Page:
At the macroscopic level that’s familiar to us, birds chirp, whales sing and we talk. But at the microscopic level, our cells pulsate, bacteria swim and pressure waves ripple on a scale we can’t reach.
UC San Diego engineers have developed a tool to access that realm: an optical nanofiber that deforms in response to ultra-minute forces, sending patterns of light detectable by a microscope.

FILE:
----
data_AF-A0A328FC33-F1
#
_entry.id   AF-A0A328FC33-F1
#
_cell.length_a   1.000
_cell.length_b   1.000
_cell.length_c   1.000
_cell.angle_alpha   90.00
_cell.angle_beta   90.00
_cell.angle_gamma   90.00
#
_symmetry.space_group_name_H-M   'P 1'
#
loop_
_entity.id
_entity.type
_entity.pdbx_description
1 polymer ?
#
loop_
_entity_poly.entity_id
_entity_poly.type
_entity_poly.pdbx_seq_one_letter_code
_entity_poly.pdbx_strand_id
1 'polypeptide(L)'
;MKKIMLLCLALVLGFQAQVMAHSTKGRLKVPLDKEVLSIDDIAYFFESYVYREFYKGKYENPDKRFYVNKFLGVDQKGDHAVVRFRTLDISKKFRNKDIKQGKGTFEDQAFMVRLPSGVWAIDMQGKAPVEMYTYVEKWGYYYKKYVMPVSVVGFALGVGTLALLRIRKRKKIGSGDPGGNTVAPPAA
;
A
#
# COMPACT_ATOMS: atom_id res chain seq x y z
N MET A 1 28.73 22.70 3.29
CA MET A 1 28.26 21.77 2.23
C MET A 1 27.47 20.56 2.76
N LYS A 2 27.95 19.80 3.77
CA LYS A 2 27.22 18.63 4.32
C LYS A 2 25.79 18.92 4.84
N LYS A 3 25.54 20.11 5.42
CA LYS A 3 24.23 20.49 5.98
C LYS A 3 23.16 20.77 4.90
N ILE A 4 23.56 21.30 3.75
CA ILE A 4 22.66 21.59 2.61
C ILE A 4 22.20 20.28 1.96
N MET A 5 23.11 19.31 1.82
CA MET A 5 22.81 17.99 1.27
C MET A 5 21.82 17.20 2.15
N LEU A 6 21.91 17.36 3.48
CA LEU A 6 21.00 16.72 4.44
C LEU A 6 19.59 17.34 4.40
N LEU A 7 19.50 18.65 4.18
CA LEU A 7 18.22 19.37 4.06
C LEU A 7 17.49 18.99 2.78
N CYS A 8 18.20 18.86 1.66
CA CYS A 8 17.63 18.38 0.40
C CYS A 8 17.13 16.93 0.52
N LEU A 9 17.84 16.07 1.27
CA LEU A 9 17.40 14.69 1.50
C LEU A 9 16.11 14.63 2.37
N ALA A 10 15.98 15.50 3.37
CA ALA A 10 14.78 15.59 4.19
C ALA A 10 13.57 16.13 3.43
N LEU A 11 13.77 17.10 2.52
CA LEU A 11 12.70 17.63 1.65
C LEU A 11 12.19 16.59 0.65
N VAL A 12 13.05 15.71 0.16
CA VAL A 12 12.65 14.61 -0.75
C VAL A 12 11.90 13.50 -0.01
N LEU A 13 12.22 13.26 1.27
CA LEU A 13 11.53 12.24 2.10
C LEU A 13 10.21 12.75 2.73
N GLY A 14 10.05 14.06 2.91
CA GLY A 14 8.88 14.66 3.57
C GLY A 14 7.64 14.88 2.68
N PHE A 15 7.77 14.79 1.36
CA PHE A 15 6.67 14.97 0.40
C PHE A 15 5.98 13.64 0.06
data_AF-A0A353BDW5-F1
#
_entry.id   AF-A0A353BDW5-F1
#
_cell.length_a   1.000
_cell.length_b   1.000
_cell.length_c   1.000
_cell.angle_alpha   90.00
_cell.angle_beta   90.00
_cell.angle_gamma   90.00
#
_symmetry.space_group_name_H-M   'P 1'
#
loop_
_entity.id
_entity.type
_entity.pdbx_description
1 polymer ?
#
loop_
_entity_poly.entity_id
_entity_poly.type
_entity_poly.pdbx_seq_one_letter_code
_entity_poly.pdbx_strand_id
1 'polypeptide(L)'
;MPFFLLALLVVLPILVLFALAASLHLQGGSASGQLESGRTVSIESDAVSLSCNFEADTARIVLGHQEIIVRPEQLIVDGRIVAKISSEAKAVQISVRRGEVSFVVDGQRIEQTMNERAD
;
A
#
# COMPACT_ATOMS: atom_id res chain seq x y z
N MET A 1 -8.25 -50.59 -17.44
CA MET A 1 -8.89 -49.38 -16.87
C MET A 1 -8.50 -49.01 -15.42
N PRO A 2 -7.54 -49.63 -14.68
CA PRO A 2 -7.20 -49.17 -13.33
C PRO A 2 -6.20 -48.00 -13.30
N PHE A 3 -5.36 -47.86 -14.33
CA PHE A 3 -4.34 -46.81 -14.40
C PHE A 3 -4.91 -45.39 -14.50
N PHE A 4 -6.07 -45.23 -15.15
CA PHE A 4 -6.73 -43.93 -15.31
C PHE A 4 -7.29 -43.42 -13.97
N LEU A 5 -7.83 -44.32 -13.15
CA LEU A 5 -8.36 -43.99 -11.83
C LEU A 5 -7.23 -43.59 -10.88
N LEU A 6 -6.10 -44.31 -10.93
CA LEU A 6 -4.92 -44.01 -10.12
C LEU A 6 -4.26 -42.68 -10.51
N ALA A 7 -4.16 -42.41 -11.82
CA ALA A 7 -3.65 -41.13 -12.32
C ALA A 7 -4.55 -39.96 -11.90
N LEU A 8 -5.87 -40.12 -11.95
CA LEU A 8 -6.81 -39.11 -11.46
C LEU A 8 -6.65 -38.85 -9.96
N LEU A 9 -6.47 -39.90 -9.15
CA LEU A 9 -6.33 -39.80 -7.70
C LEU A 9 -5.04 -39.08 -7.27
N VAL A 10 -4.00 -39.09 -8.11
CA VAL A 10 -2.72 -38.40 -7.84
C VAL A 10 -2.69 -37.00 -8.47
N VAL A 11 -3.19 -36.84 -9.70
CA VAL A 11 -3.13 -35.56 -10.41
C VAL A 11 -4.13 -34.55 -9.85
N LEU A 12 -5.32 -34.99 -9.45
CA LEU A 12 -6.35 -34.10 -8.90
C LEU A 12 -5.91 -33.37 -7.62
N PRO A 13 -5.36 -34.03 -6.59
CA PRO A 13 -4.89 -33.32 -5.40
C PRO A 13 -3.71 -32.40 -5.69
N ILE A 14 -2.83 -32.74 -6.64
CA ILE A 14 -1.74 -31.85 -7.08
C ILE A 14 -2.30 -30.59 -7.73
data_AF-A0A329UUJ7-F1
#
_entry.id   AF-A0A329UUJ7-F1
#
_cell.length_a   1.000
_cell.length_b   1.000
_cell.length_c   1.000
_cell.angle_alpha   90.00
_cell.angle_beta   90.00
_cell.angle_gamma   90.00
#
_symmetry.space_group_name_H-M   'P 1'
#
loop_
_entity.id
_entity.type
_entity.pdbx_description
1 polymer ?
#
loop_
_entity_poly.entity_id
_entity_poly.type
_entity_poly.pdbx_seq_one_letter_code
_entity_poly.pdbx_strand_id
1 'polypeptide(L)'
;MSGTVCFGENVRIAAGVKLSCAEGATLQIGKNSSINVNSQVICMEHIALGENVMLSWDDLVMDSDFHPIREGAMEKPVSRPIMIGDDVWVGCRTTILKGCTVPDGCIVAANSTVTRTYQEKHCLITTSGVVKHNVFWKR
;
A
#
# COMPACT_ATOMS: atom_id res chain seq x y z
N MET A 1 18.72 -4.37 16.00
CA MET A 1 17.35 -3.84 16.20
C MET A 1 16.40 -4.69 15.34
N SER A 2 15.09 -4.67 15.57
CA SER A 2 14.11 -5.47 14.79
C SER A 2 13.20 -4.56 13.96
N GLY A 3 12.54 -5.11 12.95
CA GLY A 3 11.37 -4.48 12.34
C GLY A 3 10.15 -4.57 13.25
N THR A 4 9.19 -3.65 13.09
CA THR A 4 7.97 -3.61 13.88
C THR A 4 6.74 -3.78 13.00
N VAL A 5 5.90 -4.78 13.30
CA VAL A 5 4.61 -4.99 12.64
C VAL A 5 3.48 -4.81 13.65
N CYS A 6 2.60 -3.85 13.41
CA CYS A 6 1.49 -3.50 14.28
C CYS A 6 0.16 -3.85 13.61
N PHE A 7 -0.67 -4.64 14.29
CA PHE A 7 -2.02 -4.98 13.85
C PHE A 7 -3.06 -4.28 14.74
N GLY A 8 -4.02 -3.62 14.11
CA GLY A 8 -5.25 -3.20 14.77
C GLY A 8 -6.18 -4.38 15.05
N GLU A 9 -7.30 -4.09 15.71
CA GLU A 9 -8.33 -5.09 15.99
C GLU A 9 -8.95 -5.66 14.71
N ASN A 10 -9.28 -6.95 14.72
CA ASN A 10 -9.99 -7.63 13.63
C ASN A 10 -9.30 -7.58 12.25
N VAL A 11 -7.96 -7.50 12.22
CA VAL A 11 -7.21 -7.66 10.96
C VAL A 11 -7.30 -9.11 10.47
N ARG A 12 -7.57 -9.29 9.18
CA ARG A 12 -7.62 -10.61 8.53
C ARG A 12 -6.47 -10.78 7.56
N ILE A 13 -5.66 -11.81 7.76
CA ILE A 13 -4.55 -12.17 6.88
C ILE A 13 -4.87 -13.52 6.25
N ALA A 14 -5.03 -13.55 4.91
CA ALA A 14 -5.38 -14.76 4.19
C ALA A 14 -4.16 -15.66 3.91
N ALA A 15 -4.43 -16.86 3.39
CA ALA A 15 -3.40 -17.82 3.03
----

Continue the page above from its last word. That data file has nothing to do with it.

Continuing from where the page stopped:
With this device, subtle motions of cells associated with biological processes, said Donald Sirbuly, a UCSD nanoengineering professor who led the study that created the instrument. These potentially include motions pertaining to cancer and stem cell development.
Learn More At: The San Diego Union-Tribune